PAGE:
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Saint of the Day—available on the iPhone!

Saint of the Day
Catholic saints are holy people and human people who lived extraordinary lives. Each saint the Church honors responded to God's invitation to use his or her unique gifts. God calls each one of us to be a saint. Click here to receive Saint of the Day in your email.

April 3
St. Benedict the African
(1526-1589)


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Benedict held important posts in the Franciscan Order and gracefully adjusted to other work when his terms of office were up.

His parents were slaves brought from Africa to Messina, Sicily. Freed at 18, Benedict did farm work for a wage and soon saved enough to buy a pair of oxen. He was very proud of those animals. In time he joined a group of hermits around Palermo and was eventually recognized as their leader. Because these hermits followed the Rule of St. Francis, Pope Pius IV ordered them to join the First Order.

Benedict was eventually novice master and then guardian of the friars in Palermo— positions rarely held in those days by a brother. In fact, Benedict was forced to accept his election as guardian. And when his term ended he happily returned to his work in the friary kitchen.

Benedict corrected the friars with humility and charity. Once he corrected a novice and assigned him a penance only to learn that the novice was not the guilty party. Benedict immediately knelt down before the novice and asked his pardon.

In later life Benedict was not possessive of the few things he used. He never referred to them as "mine" but always called them "ours." His gifts for prayer and the guidance of souls earned him throughout Sicily a reputation for holiness. Following the example of St. Francis, Benedict kept seven 40-day fasts throughout the year; he also slept only a few hours each night.

After Benedict’s death, King Philip III of Spain paid for a special tomb for this holy friar. Canonized in 1807, he is honored as a patron saint by African-Americans.



Comment:

Among Franciscans a position of leadership is limited in time. When the time expires, former leaders sometimes have trouble adjusting to their new position. The Church needs men and women ready to put their best energies into leadership—but also men and women who are gracefully willing to go on to other work when their time of leadership is over.

Quote:

"I did not come to be served but to serve (see Matthew 20:28), says the Lord. Those who are placed over others should glory in such an office only as much as they would were they assigned the task of washing the feet of the brothers. And the more they are upset about their office being taken from them than they would be over the loss of the office of [washing] feet, so much the more do they store up treasures to the peril of their souls (see John 12:6)" (Francis of Assisi, Admonition IV).

Patron Saint of:

African-Americans


Thursday, April 3, 2014
Saint of the Day for 4/2/2014 Saint of the Day for 4/4/2014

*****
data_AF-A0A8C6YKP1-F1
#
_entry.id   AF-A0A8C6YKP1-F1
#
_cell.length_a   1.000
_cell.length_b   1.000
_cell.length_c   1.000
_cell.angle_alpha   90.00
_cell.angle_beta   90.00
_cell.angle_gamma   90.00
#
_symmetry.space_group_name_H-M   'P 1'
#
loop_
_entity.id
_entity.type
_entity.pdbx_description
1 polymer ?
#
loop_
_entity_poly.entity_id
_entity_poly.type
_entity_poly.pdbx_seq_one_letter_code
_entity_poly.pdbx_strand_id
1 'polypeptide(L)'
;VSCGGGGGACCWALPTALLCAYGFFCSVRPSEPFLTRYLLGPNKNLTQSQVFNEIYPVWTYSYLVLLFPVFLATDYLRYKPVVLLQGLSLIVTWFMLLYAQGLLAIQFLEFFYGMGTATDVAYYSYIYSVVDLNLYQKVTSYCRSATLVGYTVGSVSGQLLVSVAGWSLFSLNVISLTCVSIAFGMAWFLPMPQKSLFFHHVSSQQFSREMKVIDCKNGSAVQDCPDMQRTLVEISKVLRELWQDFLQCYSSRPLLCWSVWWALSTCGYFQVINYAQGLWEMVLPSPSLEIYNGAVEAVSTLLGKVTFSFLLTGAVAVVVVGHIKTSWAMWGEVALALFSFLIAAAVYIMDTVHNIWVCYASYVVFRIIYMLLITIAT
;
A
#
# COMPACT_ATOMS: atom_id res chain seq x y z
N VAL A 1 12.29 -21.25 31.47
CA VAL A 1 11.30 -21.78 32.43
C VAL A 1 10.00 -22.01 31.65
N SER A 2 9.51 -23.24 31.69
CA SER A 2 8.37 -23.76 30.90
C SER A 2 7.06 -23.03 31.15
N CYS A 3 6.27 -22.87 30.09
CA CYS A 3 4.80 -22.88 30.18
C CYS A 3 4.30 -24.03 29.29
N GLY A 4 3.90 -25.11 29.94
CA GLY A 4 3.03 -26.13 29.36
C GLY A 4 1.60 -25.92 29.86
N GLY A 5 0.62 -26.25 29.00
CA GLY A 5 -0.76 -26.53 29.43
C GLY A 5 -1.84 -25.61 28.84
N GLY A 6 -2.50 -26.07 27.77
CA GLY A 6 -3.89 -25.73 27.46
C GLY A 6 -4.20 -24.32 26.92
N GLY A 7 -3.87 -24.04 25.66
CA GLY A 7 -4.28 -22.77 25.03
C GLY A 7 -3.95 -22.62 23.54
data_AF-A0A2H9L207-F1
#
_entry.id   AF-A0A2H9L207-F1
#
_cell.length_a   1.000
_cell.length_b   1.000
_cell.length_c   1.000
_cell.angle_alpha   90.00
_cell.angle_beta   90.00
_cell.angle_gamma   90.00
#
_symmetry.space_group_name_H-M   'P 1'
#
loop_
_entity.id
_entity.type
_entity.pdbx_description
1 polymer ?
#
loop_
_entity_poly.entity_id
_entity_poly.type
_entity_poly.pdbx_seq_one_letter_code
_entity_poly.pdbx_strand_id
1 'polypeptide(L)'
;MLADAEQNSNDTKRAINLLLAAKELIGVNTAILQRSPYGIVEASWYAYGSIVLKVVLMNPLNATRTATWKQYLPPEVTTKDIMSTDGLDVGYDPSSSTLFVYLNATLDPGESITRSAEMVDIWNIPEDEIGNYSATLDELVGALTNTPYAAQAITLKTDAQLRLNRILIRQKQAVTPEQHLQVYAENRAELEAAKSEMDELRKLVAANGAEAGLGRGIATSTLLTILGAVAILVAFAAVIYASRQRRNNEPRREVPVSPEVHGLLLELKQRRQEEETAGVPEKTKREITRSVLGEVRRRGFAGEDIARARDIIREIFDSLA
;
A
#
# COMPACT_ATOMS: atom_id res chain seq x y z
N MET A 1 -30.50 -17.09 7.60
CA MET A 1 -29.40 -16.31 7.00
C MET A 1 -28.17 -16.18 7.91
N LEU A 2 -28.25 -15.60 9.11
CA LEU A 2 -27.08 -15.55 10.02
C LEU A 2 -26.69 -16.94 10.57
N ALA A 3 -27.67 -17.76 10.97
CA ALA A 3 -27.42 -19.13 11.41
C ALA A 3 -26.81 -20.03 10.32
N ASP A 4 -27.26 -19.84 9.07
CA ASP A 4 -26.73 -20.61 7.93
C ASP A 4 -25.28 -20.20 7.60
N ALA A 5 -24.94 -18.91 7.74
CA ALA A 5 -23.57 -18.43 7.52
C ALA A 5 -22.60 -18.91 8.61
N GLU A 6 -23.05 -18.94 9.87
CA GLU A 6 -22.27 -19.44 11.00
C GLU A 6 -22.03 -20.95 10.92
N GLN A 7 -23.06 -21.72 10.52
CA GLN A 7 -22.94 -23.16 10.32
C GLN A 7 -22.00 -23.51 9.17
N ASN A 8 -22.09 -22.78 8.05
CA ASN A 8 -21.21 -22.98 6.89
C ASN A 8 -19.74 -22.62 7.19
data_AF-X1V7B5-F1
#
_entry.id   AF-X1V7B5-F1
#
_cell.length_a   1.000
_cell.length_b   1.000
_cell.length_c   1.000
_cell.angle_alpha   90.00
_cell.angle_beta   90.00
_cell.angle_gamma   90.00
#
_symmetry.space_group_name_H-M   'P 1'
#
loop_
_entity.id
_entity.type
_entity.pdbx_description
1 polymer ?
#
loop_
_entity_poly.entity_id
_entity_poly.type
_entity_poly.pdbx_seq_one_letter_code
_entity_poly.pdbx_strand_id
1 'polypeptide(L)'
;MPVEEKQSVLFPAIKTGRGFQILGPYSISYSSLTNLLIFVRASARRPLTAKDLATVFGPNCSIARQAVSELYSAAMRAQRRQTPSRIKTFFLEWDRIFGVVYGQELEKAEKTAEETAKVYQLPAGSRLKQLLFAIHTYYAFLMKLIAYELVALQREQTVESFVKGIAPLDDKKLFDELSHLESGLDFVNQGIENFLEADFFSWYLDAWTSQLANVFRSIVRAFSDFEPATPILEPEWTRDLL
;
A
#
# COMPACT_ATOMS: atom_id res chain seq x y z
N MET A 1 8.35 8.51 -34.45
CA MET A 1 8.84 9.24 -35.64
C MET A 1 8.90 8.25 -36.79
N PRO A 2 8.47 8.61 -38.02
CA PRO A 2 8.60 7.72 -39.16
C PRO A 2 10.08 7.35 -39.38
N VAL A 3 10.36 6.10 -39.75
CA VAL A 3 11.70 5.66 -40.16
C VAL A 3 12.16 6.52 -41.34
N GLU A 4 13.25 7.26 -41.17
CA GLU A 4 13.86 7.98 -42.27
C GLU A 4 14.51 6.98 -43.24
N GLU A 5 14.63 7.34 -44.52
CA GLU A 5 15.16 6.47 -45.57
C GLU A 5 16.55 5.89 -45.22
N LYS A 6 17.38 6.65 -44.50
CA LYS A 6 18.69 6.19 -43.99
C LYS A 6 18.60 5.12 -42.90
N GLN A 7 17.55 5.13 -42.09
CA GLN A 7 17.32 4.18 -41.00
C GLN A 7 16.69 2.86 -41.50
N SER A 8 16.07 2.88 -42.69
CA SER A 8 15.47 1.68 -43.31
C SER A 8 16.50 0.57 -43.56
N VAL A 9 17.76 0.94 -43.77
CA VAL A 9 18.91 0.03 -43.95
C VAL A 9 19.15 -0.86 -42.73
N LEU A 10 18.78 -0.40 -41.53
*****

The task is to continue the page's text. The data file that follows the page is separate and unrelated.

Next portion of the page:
Saint of the Day
Lives, Lessons and Feast
By Leonard Foley, O.F.M.; revised by Pat McCloskey, O.F.M.



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Peter of Alcantara: Peter was a contemporary of well-known 16th-century Spanish saints, including Ignatius of Loyola and John of the Cross. He served as confessor to St. Teresa of Avila. Church reform was a major issue in Peter’s day, and he directed most of his energies toward that end. His death came one year before the Council of Trent ended. 
<p>Born into a noble family (his father was the governor of Alcantara in Spain), Peter studied law at Salamanca University and, at 16, joined the so-called Observant Franciscans (also known as the discalced, or barefoot, friars). While he practiced many penances, he also demonstrated abilities which were soon recognized. He was named the superior of a new house even before his ordination as a priest; at the age of 39, he was elected provincial; he was a very successful preacher. Still, he was not above washing dishes and cutting wood for the friars. He did not seek attention; indeed, he preferred solitude.</p><p>Peter’s penitential side was evident when it came to food and clothing. It is said that he slept only 90 minutes each night. While others talked about Church reform, Peter’s reform began with himself. His patience was so great that a proverb arose: "To bear such an insult one must have the patience of Peter of Alcantara."</p><p>In 1554, Peter, having received permission, formed a group of Franciscans who followed the Rule of St. Francis with even greater rigor. These friars were known as Alcantarines. Some of the Spanish friars who came to North and South America in the 16th, 17th and 18th centuries were members of this group. At the end of the 19th century, the Alcantarines were joined with other Observant friars to form the Order of Friars Minor.</p><p>As spiritual director to St. Teresa, Peter encouraged her in promoting the Carmelite reform. His preaching brought many people to religious life, especially to the Secular Franciscan Order, the friars and the Poor Clares.</p><p>He was canonized in 1669.</p> American Catholic Blog Remember the widow’s mite. She threw into the treasury of the temple only two small coins, but with them, all her great love…. It is, above all, the interior value of the gift that counts: the readiness to share everything, the readiness to give oneself. —Pope John Paul II

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